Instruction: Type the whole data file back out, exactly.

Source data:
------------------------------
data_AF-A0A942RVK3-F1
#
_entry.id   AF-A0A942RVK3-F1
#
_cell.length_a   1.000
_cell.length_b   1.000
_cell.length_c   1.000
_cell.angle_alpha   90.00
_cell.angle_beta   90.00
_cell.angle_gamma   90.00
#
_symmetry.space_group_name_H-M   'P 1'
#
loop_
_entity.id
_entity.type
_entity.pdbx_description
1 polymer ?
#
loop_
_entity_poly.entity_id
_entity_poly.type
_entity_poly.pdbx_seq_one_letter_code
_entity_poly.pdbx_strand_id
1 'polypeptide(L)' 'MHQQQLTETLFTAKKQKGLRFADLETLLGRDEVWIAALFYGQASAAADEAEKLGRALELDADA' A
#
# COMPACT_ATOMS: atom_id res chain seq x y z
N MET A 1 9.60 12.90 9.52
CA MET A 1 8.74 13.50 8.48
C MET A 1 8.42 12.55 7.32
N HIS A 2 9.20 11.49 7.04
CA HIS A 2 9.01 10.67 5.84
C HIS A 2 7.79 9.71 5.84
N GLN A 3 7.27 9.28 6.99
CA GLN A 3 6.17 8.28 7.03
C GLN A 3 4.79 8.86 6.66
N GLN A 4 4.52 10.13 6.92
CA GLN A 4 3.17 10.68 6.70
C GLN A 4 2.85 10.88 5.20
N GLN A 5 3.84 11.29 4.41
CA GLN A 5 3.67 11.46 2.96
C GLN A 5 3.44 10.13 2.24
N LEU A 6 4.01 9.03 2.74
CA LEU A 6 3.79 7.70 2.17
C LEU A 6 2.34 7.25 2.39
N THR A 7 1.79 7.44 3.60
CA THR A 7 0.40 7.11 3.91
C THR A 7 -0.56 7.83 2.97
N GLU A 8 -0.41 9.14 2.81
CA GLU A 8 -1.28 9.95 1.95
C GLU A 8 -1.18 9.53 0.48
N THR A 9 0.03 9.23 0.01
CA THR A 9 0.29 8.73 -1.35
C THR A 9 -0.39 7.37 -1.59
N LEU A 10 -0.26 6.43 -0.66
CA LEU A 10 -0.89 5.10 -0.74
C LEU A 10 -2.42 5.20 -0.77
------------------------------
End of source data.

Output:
data_AF-A0A942RVK3-F1
#
_entry.id   AF-A0A942RVK3-F1
#
_cell.length_a   1.000
_cell.length_b   1.000
_cell.length_c   1.000
_cell.angle_alpha   90.00
_cell.angle_beta   90.00
_cell.angle_gamma   90.00
#
_symmetry.space_group_name_H-M   'P 1'
#
loop_
_entity.id
_entity.type
_entity.pdbx_description
1 polymer ?
#
loop_
_entity_poly.entity_id
_entity_poly.type
_entity_poly.pdbx_seq_one_letter_code
_entity_poly.pdbx_strand_id
1 'polypeptide(L)' 'MHQQQLTETLFTAKKQKGLRFADLETLLGRDEVWIAALFYGQASAAADEAEKLGRALELDADA' A
#
# COMPACT_ATOMS: atom_id res chain seq x y z
N MET A 1 9.60 12.90 9.52
CA MET A 1 8.74 13.50 8.48
C MET A 1 8.42 12.55 7.32
N HIS A 2 9.20 11.49 7.04
CA HIS A 2 9.01 10.67 5.84
C HIS A 2 7.79 9.71 5.84
N GLN A 3 7.27 9.28 6.99
CA GLN A 3 6.17 8.28 7.03
C GLN A 3 4.79 8.86 6.66
N GLN A 4 4.52 10.13 6.92
CA GLN A 4 3.17 10.68 6.70
C GLN A 4 2.85 10.88 5.20
N GLN A 5 3.84 11.29 4.41
CA GLN A 5 3.67 11.46 2.96
C GLN A 5 3.44 10.13 2.24
N LEU A 6 4.01 9.03 2.74
CA LEU A 6 3.79 7.70 2.17
C LEU A 6 2.34 7.25 2.39
N THR A 7 1.79 7.44 3.60
CA THR A 7 0.40 7.11 3.91
C THR A 7 -0.56 7.83 2.97
N GLU A 8 -0.41 9.14 2.81
CA GLU A 8 -1.28 9.95 1.95
C GLU A 8 -1.18 9.53 0.48
N THR A 9 0.03 9.23 0.01
CA THR A 9 0.29 8.73 -1.35
C THR A 9 -0.39 7.37 -1.59
N LEU A 10 -0.26 6.43 -0.66
CA LEU A 10 -0.89 5.10 -0.74
C LEU A 10 -2.42 5.20 -0.77